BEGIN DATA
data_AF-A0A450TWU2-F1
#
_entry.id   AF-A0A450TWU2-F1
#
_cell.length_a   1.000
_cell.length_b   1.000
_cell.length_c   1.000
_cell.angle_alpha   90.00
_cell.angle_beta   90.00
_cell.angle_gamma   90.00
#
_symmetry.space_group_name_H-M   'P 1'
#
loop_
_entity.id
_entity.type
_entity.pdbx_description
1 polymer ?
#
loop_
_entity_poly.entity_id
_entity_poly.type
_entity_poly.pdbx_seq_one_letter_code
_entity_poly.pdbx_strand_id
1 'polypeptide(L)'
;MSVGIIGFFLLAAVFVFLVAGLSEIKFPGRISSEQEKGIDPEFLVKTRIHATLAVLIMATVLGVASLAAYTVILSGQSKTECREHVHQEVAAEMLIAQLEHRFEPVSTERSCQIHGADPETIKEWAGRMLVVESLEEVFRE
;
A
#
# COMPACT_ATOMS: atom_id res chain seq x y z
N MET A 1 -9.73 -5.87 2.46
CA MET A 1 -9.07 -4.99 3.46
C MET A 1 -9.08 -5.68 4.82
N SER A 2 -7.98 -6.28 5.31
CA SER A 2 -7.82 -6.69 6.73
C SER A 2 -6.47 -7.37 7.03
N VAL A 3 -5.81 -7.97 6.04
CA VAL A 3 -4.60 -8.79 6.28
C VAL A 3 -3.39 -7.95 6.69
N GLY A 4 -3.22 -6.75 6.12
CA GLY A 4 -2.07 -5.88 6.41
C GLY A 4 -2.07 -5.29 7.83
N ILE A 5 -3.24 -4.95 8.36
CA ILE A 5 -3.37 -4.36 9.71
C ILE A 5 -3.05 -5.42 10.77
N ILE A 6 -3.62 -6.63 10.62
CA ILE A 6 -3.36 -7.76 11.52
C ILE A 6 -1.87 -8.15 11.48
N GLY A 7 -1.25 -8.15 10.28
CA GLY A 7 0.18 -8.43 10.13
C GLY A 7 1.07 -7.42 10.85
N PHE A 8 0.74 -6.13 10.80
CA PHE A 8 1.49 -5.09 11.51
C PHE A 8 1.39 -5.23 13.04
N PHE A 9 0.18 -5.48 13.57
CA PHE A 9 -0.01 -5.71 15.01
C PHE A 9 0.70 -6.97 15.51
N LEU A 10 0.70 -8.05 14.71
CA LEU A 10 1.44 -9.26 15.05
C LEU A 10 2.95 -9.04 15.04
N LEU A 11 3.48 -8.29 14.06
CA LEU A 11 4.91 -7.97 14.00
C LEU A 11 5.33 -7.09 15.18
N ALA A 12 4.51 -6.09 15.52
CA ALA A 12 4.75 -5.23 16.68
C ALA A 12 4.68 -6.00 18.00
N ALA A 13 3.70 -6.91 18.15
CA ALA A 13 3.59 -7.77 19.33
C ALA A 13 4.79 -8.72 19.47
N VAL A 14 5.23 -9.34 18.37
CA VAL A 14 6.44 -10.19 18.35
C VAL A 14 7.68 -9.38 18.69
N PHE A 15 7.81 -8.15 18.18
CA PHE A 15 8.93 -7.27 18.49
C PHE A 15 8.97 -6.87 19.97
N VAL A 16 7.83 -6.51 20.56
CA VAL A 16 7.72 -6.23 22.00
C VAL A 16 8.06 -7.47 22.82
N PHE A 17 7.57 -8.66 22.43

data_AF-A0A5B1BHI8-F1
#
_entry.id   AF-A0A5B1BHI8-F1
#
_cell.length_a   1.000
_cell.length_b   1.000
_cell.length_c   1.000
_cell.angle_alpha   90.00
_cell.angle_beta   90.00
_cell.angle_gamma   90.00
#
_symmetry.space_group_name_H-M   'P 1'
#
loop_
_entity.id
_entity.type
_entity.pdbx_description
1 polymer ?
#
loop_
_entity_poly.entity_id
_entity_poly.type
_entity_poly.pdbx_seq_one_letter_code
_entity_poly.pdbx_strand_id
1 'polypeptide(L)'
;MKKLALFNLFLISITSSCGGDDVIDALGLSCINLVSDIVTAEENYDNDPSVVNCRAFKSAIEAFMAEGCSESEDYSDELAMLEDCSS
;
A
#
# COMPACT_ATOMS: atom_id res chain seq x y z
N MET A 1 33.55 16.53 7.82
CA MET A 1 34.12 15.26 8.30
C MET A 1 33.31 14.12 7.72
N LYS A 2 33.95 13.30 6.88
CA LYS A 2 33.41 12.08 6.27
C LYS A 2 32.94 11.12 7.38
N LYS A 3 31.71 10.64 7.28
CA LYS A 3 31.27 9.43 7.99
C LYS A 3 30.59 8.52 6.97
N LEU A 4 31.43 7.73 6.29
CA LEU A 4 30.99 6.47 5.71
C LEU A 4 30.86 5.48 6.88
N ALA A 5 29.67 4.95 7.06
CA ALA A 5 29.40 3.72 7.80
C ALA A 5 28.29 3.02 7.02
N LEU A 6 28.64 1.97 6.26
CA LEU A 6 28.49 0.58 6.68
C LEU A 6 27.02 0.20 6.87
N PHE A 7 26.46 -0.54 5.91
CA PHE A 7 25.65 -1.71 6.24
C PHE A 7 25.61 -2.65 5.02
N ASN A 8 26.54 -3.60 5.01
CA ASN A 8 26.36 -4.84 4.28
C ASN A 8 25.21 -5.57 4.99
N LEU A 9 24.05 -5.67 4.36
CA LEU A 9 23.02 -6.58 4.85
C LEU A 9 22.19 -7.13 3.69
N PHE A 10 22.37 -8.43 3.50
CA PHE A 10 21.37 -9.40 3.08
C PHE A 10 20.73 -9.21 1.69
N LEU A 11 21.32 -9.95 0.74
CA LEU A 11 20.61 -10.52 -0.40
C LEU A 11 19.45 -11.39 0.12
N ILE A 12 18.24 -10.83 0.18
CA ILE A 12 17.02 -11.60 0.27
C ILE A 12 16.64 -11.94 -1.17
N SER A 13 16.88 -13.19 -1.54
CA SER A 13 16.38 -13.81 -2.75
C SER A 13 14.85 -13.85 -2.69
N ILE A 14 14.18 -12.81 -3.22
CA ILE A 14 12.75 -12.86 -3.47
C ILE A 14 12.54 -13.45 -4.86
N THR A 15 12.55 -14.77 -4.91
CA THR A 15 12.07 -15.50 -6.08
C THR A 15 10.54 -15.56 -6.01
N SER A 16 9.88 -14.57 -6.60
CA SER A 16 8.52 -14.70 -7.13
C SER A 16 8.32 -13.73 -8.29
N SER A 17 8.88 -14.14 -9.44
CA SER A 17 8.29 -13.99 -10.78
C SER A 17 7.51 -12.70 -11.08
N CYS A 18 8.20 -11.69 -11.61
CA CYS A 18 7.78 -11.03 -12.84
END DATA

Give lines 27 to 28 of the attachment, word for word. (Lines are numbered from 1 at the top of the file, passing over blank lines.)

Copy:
;
A